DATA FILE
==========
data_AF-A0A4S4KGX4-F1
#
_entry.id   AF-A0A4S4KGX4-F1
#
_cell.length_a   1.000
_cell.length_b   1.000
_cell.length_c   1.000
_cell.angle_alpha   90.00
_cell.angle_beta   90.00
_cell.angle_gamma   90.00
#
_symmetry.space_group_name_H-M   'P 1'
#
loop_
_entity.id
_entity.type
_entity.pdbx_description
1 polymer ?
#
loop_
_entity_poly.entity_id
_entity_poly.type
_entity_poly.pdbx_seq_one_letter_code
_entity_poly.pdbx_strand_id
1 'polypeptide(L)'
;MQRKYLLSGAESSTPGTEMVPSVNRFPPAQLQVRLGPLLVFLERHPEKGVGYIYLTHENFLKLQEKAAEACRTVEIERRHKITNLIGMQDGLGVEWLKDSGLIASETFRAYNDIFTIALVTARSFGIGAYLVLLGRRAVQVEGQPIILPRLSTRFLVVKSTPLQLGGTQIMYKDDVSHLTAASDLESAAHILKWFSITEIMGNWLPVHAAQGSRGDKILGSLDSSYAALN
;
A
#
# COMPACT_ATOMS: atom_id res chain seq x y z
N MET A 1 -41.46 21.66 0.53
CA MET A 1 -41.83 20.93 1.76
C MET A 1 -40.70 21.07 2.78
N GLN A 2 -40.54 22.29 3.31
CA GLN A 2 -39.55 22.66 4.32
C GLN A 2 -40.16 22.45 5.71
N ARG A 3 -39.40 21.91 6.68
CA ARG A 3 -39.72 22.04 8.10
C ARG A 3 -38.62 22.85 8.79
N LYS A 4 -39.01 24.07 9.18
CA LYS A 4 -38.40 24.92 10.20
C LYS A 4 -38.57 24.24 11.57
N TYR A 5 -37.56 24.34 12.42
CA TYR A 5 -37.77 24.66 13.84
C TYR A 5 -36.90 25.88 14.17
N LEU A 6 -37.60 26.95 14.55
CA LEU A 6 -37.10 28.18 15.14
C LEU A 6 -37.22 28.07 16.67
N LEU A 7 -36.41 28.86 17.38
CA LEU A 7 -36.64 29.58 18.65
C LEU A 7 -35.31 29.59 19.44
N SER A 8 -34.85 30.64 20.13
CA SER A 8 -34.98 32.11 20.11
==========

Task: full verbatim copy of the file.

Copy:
data_AF-A0A4S4KGX4-F1
#
_entry.id   AF-A0A4S4KGX4-F1
#
_cell.length_a   1.000
_cell.length_b   1.000
_cell.length_c   1.000
_cell.angle_alpha   90.00
_cell.angle_beta   90.00
_cell.angle_gamma   90.00
#
_symmetry.space_group_name_H-M   'P 1'
#
loop_
_entity.id
_entity.type
_entity.pdbx_description
1 polymer ?
#
loop_
_entity_poly.entity_id
_entity_poly.type
_entity_poly.pdbx_seq_one_letter_code
_entity_poly.pdbx_strand_id
1 'polypeptide(L)'
;MQRKYLLSGAESSTPGTEMVPSVNRFPPAQLQVRLGPLLVFLERHPEKGVGYIYLTHENFLKLQEKAAEACRTVEIERRHKITNLIGMQDGLGVEWLKDSGLIASETFRAYNDIFTIALVTARSFGIGAYLVLLGRRAVQVEGQPIILPRLSTRFLVVKSTPLQLGGTQIMYKDDVSHLTAASDLESAAHILKWFSITEIMGNWLPVHAAQGSRGDKILGSLDSSYAALN
;
A
#
# COMPACT_ATOMS: atom_id res chain seq x y z
N MET A 1 -41.46 21.66 0.53
CA MET A 1 -41.83 20.93 1.76
C MET A 1 -40.70 21.07 2.78
N GLN A 2 -40.54 22.29 3.31
CA GLN A 2 -39.55 22.66 4.32
C GLN A 2 -40.16 22.45 5.71
N ARG A 3 -39.40 21.91 6.68
CA ARG A 3 -39.72 22.04 8.10
C ARG A 3 -38.62 22.85 8.79
N LYS A 4 -39.01 24.07 9.18
CA LYS A 4 -38.40 24.92 10.20
C LYS A 4 -38.57 24.24 11.57
N TYR A 5 -37.56 24.34 12.42
CA TYR A 5 -37.77 24.66 13.84
C TYR A 5 -36.90 25.88 14.17
N LEU A 6 -37.60 26.95 14.55
CA LEU A 6 -37.10 28.18 15.14
C LEU A 6 -37.22 28.07 16.67
N LEU A 7 -36.41 28.86 17.38
CA LEU A 7 -36.64 29.58 18.65
C LEU A 7 -35.31 29.59 19.44
N SER A 8 -34.85 30.64 20.13
CA SER A 8 -34.98 32.11 20.11